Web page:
The final days of LA Fashion Week saw two wildly different visions of the event’s future go head-to-head. Downtown LA Fashion Week and City of LA Fashion Week battled for the style spotlight, but the two events could not have been more different—one filled with high-wattage glamour, and the other with a little more grit.
After a three-day break following the previous weekend’s BOXEight shows, Downtown LA Fashion Week made its debut last Thursday. Held in the Museum of Contemporary Art’s Geffen space in Little Tokyo, the event carried all the glitz and gloss that have been missing from LA Fashion Week for so long.
There were certifiable celebrities (Marisa Tomei, Nicole Richie, Liz Goldwyn, Rose McGowan, Zoe Saldana). There was red carpet-worthy vintage couture curated by Decades’ Cameron Silver (Yves Saint Laurent, Norman Norell, Christian Dior, Pierre Cardin). And there was a presentation from one of LA’s most respected designers, Louis Verdad, who unveiled his new Louver collection. The designer’s dark, dramatic pieces, which combined spikes and lace, long trains and leopard-print fur, were presented in an installation alongside photography and film of his past work, by August Bradley and Robertino Fonseca respectively. Founder Leanna Lewis refers to the event as “an environmental and cultural collaborative of fashion, art and music,” and the setting promises to be a good fit for some of the city’s more established designers in the future—Jasmin Shokrian, Rami Kashou and Kevan Hall immediately come to mind.
The following night saw the debut of the City of LA Fashion Week, otherwise known as COLA. The atmosphere couldn’t have been more different: after entering through a clandestine door in a Downtown alley, guests proceeded up a pot smoke-scented stairwell to a series of loft showrooms in which the reception and runway shows were located. According to a statement from the event’s organizers, a breakaway group of former BOXEight staffers: “While parties and other related affairs are enjoyable, we do not believe them to be integral parts of a fashion show. Instead, we focus on press recognition, buyer attention and the showcasing of innovative design.” Translation: none of DLAFW’s prized celebrities, no all-night afterparties with endless DJ lineups a la BOXEight.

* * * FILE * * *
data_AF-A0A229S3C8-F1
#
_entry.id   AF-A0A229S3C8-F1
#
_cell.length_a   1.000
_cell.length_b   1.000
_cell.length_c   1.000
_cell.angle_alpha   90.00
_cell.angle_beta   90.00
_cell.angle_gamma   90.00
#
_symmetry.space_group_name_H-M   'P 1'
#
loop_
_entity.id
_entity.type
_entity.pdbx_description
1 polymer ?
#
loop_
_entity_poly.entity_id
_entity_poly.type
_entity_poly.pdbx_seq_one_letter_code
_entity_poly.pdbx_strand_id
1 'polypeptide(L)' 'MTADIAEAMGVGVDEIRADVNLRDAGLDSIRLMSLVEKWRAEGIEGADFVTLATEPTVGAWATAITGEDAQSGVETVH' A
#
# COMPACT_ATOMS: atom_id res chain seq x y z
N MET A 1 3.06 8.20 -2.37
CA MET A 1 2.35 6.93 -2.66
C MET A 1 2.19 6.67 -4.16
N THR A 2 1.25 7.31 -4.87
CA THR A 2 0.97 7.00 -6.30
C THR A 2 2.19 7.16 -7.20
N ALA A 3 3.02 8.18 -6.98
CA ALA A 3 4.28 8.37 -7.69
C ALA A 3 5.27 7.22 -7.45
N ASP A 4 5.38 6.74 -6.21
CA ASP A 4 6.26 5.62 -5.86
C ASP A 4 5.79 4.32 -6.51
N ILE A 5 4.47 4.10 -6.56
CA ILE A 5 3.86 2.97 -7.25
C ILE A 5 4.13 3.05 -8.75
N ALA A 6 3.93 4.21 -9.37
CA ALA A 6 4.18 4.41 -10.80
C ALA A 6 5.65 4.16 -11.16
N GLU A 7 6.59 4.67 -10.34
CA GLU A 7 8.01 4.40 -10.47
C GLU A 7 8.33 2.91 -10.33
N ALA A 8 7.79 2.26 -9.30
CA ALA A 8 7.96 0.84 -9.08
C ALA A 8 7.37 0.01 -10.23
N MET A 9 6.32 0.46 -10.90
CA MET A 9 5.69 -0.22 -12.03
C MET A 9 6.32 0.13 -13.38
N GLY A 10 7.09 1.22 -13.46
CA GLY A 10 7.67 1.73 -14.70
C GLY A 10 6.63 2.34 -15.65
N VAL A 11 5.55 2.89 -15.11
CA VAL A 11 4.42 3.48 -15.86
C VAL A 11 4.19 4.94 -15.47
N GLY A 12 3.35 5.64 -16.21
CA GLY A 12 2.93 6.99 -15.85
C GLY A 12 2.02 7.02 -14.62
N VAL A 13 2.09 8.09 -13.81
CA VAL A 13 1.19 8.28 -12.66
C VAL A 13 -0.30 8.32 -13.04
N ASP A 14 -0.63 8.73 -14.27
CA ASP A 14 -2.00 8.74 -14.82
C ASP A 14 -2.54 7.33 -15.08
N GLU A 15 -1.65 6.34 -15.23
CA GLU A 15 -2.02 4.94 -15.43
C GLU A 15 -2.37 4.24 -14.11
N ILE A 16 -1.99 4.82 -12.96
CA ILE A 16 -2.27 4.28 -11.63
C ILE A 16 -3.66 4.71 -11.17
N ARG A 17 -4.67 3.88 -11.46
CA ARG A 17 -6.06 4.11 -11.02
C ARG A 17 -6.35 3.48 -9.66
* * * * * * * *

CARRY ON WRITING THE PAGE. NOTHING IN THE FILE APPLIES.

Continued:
But the party atmosphere still managed to find its way in, thanks to a hip crowd of buyers, bloggers, showroom owners and designers’ entourages, who wandered over from the neighboring Market Week. As for the clothes, the runways showed some of the most solid and buyer-friendly of the week: Sleek Scandinavian simplicity from Danish brand Eksempel, easy ‘40s-era glamour from Fremont, Japanese-inspired menswear from San Francisco’s B.Son, ’90s hip hop-tinged streetwear courtesy of Joyrich, and the holographic fantasy that is Brian Lichtenberg’s namesake line (with a twist of Yeti thrown in).
In its post-event press release, the Downtown LA Fashion Week organizers lauded their show as “the leader in events to replace Smashbox.” But the one question this season has raised is whether one overarching, headlining LA Fashion Week event is really appropriate for a city with such a multi-layered design scene. After all, while a gallery locale and A-list attendees are totally suitable for a Decades couture show, a collection (and colorful, club-kid crowd) like Brian Lichtenberg’s just feels more at home in a more low-key, informal setting. Then again, as the seasons progress and each event adds days and designers to its roster, there will surely be an overlap between each one, causing stress and confusion for the press and buyers. Only time will tell which events survive and which ones flounder, but the fact that so many organizations are giving it a shot proves there’s hope for LA Fashion Week yet.